Could US-Indonesia Cooperation End China’s Growing Aggression In The South China Sea?

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The entire world is aware of China’s rising aggression and unilateral claims in the South China Sea region. While all countries are busy tackling the Covid-19 problem, China is continuing its military aggression in the disputed territory.

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And it’s clear that China’s actions and unilateral claims are only to control the resources in the region. China has deliberately violated the existing law by carrying out many illegal acts. It tends to overlook the fact that Brunei, Malaysia, Philippines, Thailand, Vietnam, and Indonesia are the only nations that have legal jurisdiction over the region.

Beijing has no coherent legal basis for its “Nine-Dashed Line” claims in the region since it was formally announced in 2009. It is a vaguely-located demarcation line used by China and Taiwan for their claims over the South China Sea.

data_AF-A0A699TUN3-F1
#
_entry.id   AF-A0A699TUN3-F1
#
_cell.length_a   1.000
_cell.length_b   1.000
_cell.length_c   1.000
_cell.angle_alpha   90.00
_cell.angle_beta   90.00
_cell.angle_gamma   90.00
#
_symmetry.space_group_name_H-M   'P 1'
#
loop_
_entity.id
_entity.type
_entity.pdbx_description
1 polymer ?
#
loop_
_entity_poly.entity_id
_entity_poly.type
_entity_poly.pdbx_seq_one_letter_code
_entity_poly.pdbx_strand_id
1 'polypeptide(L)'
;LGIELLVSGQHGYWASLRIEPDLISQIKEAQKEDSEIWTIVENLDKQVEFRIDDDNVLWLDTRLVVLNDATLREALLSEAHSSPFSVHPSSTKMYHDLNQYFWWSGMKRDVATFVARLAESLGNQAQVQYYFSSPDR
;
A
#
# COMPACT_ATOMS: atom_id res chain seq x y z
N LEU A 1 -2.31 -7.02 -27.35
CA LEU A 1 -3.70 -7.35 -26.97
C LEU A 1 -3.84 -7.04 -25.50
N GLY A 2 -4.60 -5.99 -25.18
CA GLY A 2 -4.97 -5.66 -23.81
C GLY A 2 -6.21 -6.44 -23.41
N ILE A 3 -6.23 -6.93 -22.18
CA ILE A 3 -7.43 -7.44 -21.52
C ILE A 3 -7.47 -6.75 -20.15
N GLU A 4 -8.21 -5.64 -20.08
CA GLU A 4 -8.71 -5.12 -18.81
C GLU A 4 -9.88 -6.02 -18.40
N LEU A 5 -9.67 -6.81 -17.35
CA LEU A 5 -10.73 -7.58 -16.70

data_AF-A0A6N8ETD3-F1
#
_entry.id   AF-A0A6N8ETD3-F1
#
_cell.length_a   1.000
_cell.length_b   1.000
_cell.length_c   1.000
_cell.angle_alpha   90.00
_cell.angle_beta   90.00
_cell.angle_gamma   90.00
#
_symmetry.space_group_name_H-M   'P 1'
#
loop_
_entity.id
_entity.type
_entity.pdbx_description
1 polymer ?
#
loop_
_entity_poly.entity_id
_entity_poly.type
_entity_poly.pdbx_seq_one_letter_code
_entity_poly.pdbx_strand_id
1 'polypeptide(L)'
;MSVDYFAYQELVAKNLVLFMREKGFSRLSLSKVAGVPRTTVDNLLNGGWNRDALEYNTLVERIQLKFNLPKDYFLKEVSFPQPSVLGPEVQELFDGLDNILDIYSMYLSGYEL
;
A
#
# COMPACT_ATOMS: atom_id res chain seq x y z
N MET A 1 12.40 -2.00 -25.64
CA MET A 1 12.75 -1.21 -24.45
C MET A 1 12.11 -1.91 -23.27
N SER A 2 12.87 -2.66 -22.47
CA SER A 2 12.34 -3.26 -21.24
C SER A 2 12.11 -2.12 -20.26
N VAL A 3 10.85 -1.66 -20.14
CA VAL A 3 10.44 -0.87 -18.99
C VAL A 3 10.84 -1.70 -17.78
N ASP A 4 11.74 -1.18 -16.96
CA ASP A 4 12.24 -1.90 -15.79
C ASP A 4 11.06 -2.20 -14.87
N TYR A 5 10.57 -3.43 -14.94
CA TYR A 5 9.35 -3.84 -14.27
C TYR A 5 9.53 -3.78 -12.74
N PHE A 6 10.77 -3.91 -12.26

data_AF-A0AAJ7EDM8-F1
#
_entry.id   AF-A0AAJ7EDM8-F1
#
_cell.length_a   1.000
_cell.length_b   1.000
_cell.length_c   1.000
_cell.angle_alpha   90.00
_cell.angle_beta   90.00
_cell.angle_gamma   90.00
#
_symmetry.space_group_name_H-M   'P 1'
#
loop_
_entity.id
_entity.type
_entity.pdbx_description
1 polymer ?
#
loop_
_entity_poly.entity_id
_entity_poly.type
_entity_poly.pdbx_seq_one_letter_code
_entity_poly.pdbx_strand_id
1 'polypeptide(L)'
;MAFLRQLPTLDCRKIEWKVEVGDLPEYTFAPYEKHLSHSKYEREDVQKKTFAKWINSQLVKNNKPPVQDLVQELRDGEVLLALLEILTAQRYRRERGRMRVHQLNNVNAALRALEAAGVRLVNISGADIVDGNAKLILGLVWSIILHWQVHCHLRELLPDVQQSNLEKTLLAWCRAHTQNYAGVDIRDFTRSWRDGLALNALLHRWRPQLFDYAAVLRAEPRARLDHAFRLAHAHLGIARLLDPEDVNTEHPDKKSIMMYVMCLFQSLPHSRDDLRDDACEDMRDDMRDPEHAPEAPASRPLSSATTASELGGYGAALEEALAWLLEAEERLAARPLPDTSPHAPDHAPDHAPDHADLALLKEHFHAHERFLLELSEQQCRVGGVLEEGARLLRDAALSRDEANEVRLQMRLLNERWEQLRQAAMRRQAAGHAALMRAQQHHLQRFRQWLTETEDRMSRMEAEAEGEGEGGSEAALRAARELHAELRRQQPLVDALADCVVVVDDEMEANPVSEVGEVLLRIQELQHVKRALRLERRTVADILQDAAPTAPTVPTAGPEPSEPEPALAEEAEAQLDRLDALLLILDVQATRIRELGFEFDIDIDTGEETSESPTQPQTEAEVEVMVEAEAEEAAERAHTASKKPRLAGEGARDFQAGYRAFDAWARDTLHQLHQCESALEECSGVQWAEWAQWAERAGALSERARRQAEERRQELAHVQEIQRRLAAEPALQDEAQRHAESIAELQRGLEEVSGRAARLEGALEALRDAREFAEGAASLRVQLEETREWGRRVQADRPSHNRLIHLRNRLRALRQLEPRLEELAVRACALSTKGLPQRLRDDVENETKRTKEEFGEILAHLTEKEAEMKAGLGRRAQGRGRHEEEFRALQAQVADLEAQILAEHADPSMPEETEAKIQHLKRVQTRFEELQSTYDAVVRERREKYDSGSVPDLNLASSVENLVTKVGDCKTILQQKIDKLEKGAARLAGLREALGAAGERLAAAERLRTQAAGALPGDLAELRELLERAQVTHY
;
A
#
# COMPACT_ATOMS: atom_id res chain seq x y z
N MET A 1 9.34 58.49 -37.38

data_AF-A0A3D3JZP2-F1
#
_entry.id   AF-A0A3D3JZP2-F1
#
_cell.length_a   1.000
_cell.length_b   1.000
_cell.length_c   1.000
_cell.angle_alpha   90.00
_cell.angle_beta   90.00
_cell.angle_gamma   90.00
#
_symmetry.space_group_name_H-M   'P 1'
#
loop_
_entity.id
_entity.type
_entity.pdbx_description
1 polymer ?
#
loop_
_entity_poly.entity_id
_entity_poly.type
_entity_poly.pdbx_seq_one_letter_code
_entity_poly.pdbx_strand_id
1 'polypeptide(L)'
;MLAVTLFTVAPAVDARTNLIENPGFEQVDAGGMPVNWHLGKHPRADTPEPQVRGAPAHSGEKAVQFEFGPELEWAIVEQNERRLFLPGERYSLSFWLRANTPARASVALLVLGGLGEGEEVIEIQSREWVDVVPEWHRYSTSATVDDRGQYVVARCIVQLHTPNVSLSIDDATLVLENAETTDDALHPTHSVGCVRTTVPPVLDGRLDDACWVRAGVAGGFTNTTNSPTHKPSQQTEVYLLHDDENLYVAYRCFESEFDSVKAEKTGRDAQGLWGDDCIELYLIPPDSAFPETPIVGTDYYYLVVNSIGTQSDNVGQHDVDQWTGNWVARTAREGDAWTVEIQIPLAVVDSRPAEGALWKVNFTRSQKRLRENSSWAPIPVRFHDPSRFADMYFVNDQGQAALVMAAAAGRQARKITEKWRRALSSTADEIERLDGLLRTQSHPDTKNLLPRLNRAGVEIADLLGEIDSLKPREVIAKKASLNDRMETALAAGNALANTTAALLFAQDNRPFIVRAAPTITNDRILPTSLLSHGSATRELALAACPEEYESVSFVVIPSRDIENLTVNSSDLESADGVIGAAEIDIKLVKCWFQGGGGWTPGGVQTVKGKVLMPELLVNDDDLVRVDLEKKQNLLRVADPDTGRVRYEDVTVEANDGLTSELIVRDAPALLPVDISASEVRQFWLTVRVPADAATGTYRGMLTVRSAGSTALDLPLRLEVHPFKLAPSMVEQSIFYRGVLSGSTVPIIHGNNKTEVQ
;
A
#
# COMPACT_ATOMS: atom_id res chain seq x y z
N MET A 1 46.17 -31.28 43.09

As one of the major countries in ASEAN, Indonesia, strongly opposes China’s confrontation in the South China Sea, especially when at the end of 2019, China’s vessel trespassed in the Indonesian Exclusive Economic Zone (EEZ) in Natuna.

On several occasions, China’s fishing boats were found entering the Indonesian territorial waters, escorted by China’s coast guard as reported by The New York Times. In addition, recently an illegal sea-glider drone allegedly belonging to the Chinese Navy was found by fishermen in the Selayar Islands, Indonesia.

Moreover, China has been aggressively building ports, military installations, and airfields, especially in the Paracel and Spratly Islands. It looks like Beijing is ready to fight against any country opposing its move even though it has no right over the region.

Could US-Indonesia Cooperation End China’s Growing Aggression In The South China Sea?

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